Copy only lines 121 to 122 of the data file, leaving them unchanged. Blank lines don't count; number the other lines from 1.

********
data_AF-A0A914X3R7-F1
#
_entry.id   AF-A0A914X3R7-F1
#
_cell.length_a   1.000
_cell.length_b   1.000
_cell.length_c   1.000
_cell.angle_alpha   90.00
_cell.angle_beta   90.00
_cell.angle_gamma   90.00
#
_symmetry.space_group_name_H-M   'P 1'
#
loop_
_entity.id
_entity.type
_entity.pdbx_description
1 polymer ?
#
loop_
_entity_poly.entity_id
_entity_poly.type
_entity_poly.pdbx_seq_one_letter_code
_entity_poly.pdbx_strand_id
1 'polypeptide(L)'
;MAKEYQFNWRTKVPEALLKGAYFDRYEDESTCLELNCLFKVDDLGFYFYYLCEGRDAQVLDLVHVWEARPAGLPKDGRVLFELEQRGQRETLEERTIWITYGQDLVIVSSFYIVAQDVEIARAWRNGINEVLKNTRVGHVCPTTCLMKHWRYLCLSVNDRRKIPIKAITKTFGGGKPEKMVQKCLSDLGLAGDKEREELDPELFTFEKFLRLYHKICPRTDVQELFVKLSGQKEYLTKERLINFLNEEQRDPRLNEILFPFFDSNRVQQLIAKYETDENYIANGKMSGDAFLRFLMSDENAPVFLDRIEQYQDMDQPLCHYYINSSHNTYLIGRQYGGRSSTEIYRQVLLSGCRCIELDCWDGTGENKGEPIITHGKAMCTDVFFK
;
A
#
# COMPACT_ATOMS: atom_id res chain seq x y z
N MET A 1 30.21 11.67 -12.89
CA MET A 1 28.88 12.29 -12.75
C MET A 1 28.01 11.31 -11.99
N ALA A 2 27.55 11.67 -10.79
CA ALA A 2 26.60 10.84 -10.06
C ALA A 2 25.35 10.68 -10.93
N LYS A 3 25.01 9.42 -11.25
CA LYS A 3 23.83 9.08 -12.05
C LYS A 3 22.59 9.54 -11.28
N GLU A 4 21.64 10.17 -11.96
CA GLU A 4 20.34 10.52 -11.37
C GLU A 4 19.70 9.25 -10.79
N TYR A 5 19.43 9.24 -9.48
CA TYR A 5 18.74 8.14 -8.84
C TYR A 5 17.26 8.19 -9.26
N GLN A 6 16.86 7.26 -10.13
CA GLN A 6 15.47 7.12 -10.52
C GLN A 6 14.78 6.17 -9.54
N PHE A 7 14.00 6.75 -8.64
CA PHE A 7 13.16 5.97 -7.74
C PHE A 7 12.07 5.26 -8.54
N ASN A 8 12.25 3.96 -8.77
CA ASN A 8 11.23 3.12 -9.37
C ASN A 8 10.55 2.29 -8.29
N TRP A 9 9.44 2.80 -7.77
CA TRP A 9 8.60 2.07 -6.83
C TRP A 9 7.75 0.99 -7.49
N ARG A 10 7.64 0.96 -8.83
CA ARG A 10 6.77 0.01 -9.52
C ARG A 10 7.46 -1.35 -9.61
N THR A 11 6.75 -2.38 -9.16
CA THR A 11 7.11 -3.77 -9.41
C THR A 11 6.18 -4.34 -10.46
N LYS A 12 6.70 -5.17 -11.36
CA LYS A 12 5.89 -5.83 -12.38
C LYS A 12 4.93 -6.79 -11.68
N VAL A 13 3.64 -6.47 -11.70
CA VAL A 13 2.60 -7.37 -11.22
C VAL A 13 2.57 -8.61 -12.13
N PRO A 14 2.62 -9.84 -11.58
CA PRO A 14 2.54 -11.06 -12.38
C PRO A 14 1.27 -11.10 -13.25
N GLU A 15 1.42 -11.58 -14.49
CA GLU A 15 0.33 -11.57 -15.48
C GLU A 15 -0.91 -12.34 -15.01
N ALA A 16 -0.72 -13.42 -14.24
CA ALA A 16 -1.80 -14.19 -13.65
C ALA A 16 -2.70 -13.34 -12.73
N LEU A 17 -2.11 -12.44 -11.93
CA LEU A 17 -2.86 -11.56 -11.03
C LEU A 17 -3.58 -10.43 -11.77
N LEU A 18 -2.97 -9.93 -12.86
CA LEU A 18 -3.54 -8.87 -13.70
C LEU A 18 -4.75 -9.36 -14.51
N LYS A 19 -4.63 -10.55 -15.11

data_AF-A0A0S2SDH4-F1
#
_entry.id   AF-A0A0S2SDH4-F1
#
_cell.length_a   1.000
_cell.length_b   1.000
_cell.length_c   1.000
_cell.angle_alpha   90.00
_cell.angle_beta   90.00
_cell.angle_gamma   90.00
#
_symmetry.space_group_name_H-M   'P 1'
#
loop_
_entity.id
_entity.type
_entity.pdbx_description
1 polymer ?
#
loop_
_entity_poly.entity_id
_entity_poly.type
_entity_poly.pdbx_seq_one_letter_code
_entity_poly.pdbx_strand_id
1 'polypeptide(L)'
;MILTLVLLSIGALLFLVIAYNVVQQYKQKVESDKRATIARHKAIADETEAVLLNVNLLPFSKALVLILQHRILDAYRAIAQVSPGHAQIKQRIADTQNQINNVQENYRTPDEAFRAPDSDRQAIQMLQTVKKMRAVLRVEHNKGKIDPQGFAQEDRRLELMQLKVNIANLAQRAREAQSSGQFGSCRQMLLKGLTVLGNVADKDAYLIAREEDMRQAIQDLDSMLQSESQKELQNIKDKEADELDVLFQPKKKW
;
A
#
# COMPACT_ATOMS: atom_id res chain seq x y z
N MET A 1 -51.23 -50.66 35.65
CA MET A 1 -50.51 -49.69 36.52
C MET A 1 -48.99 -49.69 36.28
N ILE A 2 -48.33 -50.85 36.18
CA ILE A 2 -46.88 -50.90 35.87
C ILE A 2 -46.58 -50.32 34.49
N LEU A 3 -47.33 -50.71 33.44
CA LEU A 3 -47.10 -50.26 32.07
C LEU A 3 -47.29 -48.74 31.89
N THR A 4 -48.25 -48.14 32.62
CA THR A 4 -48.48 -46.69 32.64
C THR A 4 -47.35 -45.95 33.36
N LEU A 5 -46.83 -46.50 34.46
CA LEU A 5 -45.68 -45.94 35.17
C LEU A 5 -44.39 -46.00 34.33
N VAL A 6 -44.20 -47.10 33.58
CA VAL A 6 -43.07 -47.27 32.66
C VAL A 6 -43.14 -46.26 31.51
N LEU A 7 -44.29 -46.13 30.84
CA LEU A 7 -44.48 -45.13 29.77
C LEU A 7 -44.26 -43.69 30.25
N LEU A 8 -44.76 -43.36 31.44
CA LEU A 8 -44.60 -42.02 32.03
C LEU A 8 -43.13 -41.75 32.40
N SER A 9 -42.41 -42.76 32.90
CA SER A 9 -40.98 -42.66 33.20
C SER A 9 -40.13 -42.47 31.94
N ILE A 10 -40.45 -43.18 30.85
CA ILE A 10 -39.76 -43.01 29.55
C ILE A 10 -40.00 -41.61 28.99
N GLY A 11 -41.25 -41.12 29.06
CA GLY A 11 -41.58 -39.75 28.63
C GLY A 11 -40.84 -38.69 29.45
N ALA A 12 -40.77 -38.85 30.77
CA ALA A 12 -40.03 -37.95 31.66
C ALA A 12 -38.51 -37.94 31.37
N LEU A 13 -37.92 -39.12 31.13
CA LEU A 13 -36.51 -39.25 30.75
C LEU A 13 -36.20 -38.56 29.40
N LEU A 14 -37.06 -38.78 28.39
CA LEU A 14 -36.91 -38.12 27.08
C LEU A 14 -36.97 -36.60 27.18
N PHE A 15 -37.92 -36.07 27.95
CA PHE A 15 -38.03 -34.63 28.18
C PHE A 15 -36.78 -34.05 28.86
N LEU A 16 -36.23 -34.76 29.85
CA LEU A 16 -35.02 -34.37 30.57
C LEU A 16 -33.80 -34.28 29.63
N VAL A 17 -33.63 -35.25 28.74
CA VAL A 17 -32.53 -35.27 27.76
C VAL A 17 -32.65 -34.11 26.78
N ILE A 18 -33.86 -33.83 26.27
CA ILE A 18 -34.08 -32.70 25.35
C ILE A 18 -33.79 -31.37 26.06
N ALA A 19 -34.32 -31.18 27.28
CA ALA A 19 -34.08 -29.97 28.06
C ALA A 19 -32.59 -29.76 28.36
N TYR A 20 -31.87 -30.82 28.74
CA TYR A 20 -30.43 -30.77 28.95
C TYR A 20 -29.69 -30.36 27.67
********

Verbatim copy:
C ILE A 2 -46.58 -50.32 34.49
N LEU A 3 -47.33 -50.71 33.44